Summary Self Taught African American Education in Slavery and Freedom The John Hope Franklin Series in African American History and Culture [EBOOK / KINDLE] Self Taught African American Education in Slavery and Freedom The John Hope Franklin Series in African American History and Culture by Heather Andrea Williams Heather Andrea Williams ✓ 5 characters Eye opening story of education in the pre war wartime and antebellum South among African Americans Themes in it echo my research project right now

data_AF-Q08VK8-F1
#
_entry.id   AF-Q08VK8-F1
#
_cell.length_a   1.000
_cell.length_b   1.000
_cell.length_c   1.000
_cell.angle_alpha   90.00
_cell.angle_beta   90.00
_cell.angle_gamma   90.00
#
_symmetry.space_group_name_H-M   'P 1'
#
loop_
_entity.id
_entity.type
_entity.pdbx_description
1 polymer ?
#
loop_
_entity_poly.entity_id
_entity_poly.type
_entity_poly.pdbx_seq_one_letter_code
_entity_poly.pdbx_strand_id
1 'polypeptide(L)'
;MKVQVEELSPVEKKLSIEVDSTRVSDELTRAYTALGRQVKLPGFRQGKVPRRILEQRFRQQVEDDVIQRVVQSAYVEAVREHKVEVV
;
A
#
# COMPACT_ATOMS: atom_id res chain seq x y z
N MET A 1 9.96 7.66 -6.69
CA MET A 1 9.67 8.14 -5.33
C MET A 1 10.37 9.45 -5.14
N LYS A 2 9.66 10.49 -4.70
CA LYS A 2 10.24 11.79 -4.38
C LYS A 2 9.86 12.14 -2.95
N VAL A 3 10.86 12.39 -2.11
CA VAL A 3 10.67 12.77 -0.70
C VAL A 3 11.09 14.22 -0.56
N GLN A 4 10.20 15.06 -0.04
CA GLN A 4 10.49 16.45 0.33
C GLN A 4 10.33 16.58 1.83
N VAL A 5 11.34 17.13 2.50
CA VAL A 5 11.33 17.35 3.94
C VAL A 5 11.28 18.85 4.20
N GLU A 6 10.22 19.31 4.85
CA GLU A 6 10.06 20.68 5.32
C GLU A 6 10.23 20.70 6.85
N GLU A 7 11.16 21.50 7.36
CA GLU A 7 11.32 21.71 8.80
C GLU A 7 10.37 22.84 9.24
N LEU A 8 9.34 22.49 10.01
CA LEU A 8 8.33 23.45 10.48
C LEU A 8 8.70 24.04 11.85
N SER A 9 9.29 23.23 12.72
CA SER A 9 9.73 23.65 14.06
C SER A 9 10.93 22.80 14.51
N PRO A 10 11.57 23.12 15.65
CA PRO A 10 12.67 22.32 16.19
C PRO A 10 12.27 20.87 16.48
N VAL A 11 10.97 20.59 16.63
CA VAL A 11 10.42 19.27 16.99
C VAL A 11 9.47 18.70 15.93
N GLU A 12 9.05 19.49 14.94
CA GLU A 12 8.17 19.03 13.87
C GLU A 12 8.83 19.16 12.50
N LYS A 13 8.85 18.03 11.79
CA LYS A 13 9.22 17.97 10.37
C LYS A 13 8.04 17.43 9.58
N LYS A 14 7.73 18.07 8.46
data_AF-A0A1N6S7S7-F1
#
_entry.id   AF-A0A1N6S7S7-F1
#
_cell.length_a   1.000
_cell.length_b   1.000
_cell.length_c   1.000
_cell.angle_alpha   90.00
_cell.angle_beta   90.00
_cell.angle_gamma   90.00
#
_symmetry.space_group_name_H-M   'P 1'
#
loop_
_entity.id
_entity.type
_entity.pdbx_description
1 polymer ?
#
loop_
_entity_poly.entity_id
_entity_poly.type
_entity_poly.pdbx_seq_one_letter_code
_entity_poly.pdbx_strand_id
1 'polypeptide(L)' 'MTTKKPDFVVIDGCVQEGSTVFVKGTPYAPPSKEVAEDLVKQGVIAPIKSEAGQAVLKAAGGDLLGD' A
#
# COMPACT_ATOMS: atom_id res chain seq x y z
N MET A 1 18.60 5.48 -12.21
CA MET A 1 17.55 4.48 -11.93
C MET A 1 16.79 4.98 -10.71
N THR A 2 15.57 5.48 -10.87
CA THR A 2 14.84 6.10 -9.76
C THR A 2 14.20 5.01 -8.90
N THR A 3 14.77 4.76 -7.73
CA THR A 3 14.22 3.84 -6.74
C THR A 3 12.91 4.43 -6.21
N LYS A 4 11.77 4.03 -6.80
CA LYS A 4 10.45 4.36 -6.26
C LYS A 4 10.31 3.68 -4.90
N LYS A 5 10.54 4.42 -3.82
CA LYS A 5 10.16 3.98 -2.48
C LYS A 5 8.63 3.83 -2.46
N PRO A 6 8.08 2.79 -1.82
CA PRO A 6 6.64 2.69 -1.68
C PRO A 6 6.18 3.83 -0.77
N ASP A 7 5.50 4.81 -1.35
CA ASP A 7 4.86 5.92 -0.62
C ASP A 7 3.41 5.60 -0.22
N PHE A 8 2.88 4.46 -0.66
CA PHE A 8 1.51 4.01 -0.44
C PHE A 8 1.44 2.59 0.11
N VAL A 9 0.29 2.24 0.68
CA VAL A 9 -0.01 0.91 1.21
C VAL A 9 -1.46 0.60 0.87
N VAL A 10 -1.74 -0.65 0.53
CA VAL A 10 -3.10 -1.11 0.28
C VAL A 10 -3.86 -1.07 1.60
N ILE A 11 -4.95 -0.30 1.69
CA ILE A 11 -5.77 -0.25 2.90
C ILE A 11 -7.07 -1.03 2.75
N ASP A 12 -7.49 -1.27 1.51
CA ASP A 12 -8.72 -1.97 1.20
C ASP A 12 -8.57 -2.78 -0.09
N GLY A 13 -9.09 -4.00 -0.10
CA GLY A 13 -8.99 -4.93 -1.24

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Self Taught African American Education in Slavery and Freedom The John Hope Franklin Series in African American History and Culture